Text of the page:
England had the highest levels of excess deaths in Europe between the end of February and the middle of June, official analysis shows.
The Office for National Statistics says England saw the second highest peak rates of death in Europe, after Spain.
But England had the longest period where deaths were above average, and so overall had the highest levels.
Areas in Spain and Italy, like Milan and Madrid, were harder hit than cities in the UK
But the ONS analysis shows the epidemic in the UK was more widespread than in other countries, with Scotland seeing the third highest death rate in Europe.
By 23 May, the death rate in England was 7.5% higher than it has been in recent years.
Spain’s increase, 6.7%, was the second highest in the countries studied followed by Scotland’s rise of 5.1%.
This analysis adds to previous studies of excess deaths by taking account of the ages of the population in each country.
But deaths in Spain returned to normal levels faster, so over the whole year so far, England has seen more deaths compared to previous years.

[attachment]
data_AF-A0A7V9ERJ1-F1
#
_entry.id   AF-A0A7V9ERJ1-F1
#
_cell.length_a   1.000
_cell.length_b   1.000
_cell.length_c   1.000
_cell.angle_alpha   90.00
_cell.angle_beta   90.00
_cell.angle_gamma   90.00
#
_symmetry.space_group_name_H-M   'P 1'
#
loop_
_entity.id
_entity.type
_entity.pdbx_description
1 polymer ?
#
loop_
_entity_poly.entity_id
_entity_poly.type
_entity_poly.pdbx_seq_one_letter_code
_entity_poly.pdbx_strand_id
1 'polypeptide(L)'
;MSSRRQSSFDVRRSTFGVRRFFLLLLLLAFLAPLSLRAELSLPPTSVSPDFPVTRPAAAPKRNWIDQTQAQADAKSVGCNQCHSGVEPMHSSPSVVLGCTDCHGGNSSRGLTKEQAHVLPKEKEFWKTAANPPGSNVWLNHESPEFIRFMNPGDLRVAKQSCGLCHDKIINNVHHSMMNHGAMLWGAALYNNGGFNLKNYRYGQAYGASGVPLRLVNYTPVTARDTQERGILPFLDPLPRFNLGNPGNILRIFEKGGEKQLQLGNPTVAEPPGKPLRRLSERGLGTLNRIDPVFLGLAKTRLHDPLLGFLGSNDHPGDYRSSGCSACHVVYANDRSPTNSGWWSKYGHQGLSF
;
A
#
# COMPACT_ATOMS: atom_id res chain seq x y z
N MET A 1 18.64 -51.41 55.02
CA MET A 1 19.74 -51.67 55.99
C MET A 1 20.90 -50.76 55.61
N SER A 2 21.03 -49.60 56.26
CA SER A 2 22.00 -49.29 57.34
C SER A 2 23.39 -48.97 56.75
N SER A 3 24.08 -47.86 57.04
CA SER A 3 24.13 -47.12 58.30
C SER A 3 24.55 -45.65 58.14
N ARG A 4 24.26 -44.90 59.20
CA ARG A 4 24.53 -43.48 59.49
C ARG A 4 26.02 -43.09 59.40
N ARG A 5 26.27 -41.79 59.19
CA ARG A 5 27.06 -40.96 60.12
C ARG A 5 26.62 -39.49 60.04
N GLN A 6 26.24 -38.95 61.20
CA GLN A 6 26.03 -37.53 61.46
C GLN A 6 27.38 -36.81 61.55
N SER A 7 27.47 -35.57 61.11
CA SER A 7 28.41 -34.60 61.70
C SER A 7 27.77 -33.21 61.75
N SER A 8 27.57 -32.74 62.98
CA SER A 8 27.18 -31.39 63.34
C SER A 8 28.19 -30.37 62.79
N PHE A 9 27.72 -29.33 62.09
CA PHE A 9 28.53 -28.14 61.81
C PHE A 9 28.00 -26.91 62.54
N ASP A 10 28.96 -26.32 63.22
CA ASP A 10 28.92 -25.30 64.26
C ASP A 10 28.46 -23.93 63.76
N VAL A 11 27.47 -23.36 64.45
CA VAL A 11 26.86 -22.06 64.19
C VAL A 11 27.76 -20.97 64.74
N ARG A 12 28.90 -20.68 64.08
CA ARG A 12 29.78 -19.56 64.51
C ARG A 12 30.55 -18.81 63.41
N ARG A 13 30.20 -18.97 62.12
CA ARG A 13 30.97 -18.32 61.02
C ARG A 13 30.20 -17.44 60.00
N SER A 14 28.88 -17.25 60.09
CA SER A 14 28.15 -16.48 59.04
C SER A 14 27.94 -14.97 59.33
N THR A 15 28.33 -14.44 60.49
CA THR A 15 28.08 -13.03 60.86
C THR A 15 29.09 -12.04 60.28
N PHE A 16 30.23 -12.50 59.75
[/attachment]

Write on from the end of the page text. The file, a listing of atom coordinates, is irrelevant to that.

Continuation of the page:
Let’s use the UK as an example. If 2020 had been an average year, the dotted line in the chart below shows how many people we would have expected to die each week. This is known as expected deaths and is calculated based on the number of deaths in previous years.
Any deaths above those expected are known as excess deaths. During the coronavirus pandemic, many countries have recorded significantly more deaths than expected this year.
Many of these excess deaths can be explained by the number of people who were officially confirmed to have had Covid-19. But in many places, that does not account for all the excess deaths.
The total number of excess deaths shows a more complete picture of the human scale of the coronavirus outbreak.
Madrid, Barcelona and Milan all saw higher peaks in death rates than cities in the UK.
But the ONS said that the epidemic was more widespread in the UK than in other countries.
Seven of the 15 cities that saw the biggest rise in deaths rates were in the UK.
The change for those who test positive, or show symptoms, comes amid fears of a resurgence.
News – England highest level of excess deaths in Europe